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Chuck Ingoglia

President and CEO of the National Council for Behavioral Health

Congress Provided Crucial Funding in 2020, but Gaps Remain

January 20, 2021 | From the CEO | Comments
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Many will remember 2020 for what was lost.

But we can’t overlook the significant investment of federal resources for programs to support people with mental illness and substance use disorders and the organizations that provide life-saving treatment and services in thousands of communities across the country.

In a challenging year, the behavioral health community notched a big win just before the calendar flipped.

Due in part to the tireless advocacy efforts of the National Council and its member organizations, Congress approved a $2.4 trillion spending package that included $1.4 trillion in appropriations for fiscal year 2021 and $900 billion for COVID-19 relief.

Lawmakers demonstrated support for the Substance Abuse and Mental Health Services Administration (SAMHSA) by providing $6 billion in annual appropriations, an increase of $133 million over Fiscal Year 2020 funding, and a one-time $4.25 billion in funding for SAMSHA as part of the COVID relief package.

The $4.25 billion one-time allocation will fund numerous important initiatives, from block grants to suicide prevention programs to Project AWARE and state efforts.

It also includes an investment in Certified Community Behavioral Health Clinics (CCBHCs), which represent an vital resource in hundreds of communities and will blossom because of this new federal funding. The year-end package includes $600 million for CCHBC expansion grants and extends the CCBHC demonstration program through September 30, 2023.

That is a huge accomplishment because the National Council is committed to expanding CCBHCs nationwide, with Medicaid prospective payment available to all CCBHCs. As a first step, we are working side by side with clinics, state and federal policymakers and advocates across the nation to open the doors to CCBHC status for 500 clinics by 2025.

Lawmakers also extended much-needed assistance to National Council member organizations, many of whom continue to struggle in this difficult economic climate. The package includes:

  • An additional $9 billion in support for health care providers including $3 billion in grants for hospital and health care providers to be reimbursed for health care related expenses or lost revenue directly attributable to the public health emergency resulting from coronavirus.
  • $325 billion for the Small Business Administration to allocate a second round of Paycheck Protection Program (PPP) loans. This includes eligibility for 501(c)(6) nonprofit organizations with as many as 300 employees.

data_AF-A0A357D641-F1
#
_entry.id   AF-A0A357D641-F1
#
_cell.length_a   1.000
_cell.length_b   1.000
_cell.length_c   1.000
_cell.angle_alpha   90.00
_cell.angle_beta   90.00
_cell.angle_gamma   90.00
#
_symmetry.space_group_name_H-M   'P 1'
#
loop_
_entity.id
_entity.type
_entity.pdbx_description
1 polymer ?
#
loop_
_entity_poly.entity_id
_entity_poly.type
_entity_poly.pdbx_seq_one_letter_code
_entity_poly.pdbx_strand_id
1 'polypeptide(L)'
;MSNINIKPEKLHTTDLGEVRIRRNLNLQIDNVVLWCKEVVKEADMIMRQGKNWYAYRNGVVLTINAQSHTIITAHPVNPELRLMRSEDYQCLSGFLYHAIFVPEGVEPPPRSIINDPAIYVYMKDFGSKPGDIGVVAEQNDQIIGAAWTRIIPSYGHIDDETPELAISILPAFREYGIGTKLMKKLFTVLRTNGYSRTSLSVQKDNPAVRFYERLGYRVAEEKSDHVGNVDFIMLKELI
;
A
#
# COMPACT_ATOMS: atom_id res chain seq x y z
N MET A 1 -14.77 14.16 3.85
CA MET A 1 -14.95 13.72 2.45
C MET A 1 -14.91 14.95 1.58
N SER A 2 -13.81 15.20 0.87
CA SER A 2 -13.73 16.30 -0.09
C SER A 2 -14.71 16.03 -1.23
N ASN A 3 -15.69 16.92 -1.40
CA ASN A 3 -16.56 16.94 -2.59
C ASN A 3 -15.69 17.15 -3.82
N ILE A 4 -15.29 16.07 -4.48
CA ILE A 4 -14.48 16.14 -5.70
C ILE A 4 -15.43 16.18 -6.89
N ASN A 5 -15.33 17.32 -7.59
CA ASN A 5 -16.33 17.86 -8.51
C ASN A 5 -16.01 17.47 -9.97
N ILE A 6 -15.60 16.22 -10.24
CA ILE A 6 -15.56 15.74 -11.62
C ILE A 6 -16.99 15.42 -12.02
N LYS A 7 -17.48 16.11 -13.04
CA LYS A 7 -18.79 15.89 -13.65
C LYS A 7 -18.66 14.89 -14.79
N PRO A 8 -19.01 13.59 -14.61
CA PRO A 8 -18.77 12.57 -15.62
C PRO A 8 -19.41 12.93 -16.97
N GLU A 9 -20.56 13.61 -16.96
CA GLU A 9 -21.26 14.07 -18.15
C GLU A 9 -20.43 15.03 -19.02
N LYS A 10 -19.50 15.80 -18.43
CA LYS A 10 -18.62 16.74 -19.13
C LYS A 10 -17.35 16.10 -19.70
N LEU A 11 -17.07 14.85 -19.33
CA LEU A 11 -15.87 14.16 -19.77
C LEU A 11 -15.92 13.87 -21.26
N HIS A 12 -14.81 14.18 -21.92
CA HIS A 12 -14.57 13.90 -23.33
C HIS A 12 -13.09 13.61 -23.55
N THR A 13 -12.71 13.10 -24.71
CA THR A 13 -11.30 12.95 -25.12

Congress also addressed important policy concerns that will lower barriers to access, from permanently expanding access to telehealth services in Medicare so people can receive mental health services via telehealth to funding three programs to boost broadband connectivity, which will support the expansion of telehealth services.

Lawmakers also included provisions of the Strengthening Behavioral Health Parity Act of 2020 (H.R. 7539) in the relief package. That bill authorizes and requires the departments of Labor, Treasury and Health and Human Services to conduct random audits and comparative analyses of at least 20 insurance plans per year to ensure proper and full enforcement of existing parity laws. The act appropriates $2.5 million in grants to each state to establish all-payer claims databases. This is an important step that will help move states toward parity with greater access and transparency into claims data.

We must not overlook the momentum achieved through the coronavirus relief and government funding bill that Congress passed just before Christmas. In a year filled with challenges, the policy changes and the federal funding to support programs for people with mental illness or substance use disorders represented important achievements.

But much more work remains. We still have enormous gaps to fill, and the need for funding grows as the overdose epidemic worsens and more people report struggling with their mental health.

The National Council will do that through its advocacy efforts. We will also do that through participation in a new coalition of 14 leading mental health advocacy organizations and professional associations. The coalition will work with federal and state officials to improve care for those with mental illness or substance use disorders.

Last month, the coalition released its initial plan, A Unified Vision for Transforming Mental Health and Substance Abuse Care, which supports the development of policy, programs and standards that prioritize mental health care and address the social and economic conditions – including racism and discrimination – that disproportionately impact people of color and the poor and result in inadequate and inequitable access to effective, humane treatment.

In 2021, we must build on our progress by continuing to push for greater federal investment and additional policy changes that will help the behavioral health community cope with the nation’s urgent mental health and substance use disorder crises.

 

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